Mark Oppenheimer writes an interesting article about the possible end of the book as a romantic gift with the advent of the e-book.
So what will you do, Kindle generation, when you cannot tell which of the quiet boys holding the e-reader on the subway is engrossed by the latest, predictable legal thriller, and which one by a cheery, long-forgotten Laurie Colwin novel? If by some chance you do end up with the right one, what do you buy him a month later, when it is time for that first, tentative, not-too-expensive present—a gift certificate for a free download?
This brought to mind the first gift that my wife ever gave me, less than a week into our relationship. It was a copy of Kate DiCamillo’s The Tale of Despereaux, a book that I simply adore. It’s the story of a nonconformist mouse who believes that his love for the light, for books and for a human Princess can overcome any of his rodent limitations.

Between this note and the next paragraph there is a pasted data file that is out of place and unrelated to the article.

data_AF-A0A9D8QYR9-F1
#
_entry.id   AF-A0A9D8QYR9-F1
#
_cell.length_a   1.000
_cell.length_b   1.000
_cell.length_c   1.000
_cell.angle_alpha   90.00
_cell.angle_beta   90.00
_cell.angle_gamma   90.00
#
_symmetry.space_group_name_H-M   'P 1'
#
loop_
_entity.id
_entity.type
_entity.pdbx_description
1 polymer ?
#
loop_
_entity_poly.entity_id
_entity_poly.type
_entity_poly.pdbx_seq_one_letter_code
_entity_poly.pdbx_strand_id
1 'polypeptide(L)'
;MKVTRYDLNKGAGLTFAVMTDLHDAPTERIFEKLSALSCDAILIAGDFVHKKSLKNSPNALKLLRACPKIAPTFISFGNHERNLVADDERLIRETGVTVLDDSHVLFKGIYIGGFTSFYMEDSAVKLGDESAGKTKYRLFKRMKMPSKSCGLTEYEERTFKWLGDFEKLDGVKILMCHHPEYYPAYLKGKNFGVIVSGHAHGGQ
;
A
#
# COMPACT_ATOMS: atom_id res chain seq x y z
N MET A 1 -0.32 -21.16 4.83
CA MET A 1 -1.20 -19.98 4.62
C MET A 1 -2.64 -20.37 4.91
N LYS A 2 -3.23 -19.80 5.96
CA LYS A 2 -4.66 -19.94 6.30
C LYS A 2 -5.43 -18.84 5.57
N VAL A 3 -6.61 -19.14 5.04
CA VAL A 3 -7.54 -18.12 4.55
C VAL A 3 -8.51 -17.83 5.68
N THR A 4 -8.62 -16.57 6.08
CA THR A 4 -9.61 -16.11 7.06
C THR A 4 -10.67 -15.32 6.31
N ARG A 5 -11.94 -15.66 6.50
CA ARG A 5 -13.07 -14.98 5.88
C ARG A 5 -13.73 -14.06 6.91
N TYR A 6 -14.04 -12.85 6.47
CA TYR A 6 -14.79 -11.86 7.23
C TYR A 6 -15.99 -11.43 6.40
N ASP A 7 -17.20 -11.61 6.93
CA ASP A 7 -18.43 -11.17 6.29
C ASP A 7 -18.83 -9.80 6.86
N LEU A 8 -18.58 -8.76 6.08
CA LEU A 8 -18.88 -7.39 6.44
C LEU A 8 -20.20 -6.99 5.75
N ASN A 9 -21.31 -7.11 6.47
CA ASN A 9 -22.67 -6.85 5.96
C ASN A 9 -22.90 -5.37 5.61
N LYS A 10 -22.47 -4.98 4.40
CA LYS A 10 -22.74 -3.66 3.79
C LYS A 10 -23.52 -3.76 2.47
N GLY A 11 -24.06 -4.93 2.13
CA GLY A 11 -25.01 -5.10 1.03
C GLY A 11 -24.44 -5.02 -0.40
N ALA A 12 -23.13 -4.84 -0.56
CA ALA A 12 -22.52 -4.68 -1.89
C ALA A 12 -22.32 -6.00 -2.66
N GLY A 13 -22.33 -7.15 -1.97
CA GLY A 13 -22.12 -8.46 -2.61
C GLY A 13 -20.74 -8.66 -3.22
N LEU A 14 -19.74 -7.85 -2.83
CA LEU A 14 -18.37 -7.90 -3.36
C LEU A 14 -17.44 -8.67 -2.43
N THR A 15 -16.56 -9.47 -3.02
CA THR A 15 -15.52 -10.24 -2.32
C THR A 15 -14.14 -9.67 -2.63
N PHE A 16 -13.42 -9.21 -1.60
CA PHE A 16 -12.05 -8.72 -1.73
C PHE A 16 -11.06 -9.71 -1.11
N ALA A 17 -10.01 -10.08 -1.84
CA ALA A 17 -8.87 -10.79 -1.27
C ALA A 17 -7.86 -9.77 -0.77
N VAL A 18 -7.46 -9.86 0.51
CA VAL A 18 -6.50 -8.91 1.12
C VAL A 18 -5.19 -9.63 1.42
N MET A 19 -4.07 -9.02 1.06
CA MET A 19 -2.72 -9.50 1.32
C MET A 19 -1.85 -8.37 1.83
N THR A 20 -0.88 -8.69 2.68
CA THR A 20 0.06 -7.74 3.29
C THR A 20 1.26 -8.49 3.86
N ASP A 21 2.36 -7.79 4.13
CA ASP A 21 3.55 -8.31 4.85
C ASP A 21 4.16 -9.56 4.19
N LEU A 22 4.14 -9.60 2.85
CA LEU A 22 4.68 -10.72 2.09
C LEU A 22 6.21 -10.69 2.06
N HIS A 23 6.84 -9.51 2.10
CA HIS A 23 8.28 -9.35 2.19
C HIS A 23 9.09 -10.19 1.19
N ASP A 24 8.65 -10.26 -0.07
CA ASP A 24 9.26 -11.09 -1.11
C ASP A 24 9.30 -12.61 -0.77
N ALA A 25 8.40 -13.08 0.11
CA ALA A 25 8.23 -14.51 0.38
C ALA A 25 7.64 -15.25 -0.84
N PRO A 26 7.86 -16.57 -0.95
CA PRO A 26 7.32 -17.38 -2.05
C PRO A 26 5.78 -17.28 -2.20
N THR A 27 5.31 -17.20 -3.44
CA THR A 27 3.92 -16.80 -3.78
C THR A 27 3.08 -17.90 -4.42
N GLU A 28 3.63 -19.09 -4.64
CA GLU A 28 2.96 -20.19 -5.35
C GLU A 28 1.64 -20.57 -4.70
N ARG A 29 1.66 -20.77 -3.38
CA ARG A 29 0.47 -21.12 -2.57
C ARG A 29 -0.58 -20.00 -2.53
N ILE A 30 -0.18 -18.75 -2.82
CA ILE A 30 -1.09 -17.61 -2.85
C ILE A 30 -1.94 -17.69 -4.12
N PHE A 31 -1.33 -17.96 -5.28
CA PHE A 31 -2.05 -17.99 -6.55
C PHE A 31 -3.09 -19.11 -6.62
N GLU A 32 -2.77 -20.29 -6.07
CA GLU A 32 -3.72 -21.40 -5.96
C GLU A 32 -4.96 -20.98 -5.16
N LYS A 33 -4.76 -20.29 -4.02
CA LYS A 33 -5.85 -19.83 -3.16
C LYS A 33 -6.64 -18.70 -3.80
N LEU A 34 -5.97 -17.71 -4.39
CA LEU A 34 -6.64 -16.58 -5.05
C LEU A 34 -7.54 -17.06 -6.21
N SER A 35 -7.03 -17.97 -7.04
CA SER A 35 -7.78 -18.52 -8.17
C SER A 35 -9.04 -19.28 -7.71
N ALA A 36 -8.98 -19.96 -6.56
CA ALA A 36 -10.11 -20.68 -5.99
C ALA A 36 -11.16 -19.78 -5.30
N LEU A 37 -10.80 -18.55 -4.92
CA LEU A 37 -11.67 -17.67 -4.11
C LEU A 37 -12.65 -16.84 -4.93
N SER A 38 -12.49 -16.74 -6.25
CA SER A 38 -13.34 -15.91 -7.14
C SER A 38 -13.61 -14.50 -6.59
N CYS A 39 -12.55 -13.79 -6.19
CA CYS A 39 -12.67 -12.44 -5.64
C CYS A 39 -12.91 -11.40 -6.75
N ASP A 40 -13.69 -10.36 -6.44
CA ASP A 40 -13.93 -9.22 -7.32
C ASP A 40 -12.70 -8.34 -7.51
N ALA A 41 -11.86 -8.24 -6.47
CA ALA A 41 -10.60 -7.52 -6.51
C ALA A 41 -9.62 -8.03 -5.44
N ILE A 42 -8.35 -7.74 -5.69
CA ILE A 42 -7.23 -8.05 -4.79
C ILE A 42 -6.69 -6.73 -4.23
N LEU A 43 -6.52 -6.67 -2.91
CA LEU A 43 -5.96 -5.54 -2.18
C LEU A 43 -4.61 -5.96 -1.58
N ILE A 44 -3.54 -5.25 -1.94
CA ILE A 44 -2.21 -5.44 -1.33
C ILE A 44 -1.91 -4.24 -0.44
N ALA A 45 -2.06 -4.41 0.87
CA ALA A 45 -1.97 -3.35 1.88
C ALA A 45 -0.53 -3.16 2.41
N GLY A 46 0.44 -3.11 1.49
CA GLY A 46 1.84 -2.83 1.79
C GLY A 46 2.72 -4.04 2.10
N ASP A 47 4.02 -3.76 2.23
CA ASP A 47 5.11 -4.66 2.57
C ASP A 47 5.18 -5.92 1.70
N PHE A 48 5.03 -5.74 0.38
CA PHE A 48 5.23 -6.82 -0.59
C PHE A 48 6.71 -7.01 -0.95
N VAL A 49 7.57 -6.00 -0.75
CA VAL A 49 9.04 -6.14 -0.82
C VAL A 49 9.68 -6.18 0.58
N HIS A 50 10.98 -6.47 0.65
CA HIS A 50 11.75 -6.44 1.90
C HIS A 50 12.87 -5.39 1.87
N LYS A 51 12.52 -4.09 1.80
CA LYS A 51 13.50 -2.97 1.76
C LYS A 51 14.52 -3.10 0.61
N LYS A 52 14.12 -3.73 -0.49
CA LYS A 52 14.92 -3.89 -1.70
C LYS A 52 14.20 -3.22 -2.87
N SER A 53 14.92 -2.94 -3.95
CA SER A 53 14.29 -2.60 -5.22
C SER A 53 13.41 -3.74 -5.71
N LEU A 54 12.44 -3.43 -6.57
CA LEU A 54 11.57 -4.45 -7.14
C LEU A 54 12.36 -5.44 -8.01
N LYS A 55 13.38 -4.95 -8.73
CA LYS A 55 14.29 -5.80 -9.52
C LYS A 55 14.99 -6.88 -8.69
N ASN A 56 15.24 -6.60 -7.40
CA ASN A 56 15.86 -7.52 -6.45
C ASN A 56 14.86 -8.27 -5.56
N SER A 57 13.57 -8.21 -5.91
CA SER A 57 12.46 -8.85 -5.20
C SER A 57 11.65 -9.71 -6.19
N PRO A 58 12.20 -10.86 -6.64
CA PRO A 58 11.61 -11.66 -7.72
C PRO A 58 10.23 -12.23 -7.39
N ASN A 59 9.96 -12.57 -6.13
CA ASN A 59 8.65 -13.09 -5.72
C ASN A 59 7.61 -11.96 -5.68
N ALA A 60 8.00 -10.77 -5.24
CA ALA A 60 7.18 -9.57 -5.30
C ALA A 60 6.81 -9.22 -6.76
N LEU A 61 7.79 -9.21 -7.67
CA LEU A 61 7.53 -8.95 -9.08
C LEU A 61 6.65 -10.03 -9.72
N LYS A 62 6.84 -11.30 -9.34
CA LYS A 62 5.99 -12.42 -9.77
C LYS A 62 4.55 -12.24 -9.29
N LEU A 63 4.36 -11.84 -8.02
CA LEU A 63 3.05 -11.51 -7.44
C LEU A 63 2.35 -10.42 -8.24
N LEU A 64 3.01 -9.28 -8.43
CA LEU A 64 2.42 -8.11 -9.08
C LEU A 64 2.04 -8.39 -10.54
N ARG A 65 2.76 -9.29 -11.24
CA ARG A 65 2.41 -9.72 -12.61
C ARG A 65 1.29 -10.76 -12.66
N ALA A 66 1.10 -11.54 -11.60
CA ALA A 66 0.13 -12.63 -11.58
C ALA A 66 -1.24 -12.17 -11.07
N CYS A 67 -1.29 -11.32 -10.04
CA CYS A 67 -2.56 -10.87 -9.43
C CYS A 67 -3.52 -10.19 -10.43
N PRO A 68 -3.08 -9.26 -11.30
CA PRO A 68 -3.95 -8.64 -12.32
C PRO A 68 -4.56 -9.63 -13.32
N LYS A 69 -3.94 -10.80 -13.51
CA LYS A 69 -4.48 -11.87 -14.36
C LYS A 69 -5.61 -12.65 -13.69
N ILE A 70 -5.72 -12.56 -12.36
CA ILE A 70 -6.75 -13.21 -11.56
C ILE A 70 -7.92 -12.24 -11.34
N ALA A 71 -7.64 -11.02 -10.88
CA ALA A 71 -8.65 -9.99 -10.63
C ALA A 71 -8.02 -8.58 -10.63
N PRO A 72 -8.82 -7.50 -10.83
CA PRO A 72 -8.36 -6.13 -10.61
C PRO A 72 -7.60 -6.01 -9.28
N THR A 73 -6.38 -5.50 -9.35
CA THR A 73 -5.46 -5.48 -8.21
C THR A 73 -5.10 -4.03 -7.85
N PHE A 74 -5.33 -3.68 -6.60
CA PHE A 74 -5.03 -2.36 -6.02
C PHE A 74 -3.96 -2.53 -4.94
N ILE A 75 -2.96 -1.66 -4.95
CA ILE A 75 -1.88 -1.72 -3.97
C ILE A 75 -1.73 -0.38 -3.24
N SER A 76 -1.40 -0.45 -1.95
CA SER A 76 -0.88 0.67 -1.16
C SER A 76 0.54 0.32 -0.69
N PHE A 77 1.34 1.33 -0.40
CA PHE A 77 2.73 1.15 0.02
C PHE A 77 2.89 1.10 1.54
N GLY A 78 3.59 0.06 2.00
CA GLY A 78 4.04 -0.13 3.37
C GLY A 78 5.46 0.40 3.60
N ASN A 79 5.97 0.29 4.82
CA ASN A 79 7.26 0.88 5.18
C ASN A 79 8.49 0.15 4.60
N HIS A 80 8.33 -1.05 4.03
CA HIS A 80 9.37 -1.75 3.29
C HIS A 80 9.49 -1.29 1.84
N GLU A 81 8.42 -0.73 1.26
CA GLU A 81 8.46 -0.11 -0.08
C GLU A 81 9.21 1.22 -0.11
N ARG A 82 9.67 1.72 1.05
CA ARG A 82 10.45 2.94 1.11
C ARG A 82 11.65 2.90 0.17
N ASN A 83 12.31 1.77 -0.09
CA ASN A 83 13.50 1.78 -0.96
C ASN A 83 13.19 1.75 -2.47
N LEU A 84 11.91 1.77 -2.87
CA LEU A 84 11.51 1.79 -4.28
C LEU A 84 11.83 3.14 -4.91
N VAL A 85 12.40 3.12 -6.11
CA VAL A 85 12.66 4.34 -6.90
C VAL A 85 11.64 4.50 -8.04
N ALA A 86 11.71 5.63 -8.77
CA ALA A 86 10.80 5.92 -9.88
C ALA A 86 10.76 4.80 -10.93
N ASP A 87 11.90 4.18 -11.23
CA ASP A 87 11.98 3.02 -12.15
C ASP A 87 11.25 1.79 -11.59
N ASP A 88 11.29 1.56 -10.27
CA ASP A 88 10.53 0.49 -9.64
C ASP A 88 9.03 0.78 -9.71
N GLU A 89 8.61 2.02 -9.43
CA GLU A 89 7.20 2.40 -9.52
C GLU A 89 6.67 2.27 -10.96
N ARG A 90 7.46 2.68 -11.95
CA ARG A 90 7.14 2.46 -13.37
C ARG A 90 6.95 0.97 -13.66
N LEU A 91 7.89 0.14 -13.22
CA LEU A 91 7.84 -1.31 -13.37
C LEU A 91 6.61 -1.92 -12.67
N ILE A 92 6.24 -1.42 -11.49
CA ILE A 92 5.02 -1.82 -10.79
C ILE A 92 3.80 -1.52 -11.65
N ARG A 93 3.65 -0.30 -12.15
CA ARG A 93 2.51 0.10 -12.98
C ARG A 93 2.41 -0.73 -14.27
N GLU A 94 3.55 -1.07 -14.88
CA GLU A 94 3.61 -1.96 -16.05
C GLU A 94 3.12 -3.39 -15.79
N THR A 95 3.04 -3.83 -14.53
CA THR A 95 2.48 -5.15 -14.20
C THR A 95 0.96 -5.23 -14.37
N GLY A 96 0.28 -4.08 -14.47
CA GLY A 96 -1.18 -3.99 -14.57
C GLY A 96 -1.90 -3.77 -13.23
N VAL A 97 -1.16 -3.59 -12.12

There’s a quote from this book that is one of my favorites in all of literature, and in my experience, it is one of the most accurate things that an author has ever said:
“Reader, you must know that an interesting fate (sometimes involving rats, sometimes not) awaits almost everyone, mouse or man, who does not conform.”
These words are at the the heart of my third book, currently in manuscript form, and they will likely be included as an opening quote.
But the best part about my copy of the book is the inscription that Elysha wrote. It reads:
Swimming in wonderment and possibility and with an eye to tomorrow…
It doesn’t get any better than that. Less than a week after our first date, I received this from a girl who I already wanted to marry. My heart soared, and it still does each and every time I read her inscription.
Someday I will pass this book down to my daughter, and with luck, it will remain in our family for generations.
You simply can’t write things like that on a Kindle.